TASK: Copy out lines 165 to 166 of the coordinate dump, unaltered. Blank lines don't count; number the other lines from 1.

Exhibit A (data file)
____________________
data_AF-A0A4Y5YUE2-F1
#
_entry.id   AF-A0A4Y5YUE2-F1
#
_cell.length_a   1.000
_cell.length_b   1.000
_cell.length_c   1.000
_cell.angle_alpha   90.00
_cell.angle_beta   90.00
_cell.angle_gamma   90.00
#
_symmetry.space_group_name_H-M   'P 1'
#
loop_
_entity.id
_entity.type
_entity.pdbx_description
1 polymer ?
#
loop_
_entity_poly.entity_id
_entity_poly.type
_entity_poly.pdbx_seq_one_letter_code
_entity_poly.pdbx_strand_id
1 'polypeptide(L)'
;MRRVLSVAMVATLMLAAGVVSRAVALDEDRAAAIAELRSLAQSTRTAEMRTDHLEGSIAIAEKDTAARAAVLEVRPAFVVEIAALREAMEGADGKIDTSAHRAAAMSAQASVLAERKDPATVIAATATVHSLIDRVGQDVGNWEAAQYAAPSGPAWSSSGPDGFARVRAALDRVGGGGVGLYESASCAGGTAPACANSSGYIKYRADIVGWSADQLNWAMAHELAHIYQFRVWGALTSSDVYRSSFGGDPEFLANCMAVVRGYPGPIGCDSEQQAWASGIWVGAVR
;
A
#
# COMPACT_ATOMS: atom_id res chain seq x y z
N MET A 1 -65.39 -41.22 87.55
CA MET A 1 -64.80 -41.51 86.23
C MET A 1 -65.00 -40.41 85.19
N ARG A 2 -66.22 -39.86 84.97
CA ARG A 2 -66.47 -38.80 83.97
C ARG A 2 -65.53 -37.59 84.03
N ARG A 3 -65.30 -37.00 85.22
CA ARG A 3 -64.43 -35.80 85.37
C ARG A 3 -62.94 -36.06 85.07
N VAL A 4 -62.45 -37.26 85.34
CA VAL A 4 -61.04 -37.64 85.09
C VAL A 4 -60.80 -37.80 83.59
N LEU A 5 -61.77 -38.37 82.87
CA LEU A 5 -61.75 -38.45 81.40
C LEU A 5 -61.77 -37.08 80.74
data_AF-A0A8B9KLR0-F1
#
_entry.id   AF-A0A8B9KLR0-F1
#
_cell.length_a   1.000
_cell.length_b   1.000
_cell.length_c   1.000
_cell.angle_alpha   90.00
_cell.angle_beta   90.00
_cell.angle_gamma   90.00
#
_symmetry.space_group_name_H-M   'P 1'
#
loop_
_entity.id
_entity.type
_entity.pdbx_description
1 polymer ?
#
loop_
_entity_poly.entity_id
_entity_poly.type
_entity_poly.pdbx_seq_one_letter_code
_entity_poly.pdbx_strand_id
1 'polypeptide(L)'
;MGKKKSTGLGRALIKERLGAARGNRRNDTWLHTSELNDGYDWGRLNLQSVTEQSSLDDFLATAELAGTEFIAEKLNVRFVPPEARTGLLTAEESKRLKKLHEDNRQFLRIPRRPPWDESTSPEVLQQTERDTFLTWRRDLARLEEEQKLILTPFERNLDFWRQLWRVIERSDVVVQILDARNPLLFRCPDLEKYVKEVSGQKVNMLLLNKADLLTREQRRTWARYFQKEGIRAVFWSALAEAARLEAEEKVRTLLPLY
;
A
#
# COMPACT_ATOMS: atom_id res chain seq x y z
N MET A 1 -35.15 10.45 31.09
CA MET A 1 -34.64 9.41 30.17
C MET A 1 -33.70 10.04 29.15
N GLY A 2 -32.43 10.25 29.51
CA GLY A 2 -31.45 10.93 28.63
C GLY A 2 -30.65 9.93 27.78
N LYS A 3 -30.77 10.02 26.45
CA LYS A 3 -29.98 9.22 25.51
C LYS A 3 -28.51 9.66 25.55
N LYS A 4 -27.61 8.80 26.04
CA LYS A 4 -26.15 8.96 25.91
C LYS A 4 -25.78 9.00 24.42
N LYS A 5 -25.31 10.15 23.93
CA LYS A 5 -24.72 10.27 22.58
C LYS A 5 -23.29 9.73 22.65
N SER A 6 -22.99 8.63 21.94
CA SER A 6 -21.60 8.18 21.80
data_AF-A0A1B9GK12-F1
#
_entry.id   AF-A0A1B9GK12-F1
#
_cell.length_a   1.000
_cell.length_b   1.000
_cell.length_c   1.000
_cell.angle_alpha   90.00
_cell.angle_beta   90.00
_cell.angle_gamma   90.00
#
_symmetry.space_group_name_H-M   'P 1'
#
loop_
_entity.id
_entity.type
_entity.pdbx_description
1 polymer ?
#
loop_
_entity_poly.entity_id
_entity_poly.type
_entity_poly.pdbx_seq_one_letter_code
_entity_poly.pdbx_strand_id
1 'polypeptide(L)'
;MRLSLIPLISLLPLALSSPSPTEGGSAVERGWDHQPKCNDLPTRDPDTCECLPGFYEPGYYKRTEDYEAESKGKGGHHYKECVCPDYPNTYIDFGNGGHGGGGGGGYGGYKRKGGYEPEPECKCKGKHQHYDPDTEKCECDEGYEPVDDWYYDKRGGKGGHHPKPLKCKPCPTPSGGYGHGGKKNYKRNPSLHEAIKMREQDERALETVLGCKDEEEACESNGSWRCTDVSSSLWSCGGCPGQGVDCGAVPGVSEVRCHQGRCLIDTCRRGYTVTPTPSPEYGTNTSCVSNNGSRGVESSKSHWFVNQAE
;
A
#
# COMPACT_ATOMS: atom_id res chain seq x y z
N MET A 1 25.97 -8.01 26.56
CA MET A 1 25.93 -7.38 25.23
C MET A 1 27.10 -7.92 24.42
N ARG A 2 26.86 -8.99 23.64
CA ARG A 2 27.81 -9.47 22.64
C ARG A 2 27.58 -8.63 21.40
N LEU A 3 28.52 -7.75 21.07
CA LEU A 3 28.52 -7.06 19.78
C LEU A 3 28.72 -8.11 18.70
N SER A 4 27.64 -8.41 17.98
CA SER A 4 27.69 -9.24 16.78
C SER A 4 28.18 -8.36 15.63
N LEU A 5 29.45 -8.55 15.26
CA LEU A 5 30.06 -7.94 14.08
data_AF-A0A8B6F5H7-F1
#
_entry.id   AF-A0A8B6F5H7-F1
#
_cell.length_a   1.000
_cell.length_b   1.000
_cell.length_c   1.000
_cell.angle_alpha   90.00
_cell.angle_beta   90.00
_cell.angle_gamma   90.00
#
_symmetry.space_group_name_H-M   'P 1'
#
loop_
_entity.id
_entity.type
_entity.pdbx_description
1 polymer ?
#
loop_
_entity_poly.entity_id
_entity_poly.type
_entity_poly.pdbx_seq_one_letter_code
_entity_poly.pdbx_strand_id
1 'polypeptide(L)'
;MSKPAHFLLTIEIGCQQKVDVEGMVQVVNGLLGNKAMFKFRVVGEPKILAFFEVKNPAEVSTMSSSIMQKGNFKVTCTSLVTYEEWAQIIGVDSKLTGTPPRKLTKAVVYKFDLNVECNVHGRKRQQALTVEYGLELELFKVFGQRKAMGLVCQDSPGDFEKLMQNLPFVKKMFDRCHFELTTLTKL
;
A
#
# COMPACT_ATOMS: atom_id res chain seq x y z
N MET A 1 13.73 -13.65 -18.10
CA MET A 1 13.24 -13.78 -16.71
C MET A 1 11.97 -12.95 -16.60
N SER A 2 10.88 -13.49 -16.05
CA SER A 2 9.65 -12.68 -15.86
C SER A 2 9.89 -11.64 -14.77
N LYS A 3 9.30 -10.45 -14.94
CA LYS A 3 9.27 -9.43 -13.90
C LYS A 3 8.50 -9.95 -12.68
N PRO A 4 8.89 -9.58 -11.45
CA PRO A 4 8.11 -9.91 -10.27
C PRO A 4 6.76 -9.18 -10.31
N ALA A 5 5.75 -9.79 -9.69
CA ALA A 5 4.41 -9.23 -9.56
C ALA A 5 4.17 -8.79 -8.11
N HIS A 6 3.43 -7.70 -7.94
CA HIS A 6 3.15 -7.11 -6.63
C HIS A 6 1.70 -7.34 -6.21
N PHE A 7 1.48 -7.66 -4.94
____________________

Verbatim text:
#
# COMPACT_ATOMS: atom_id res chain seq x y z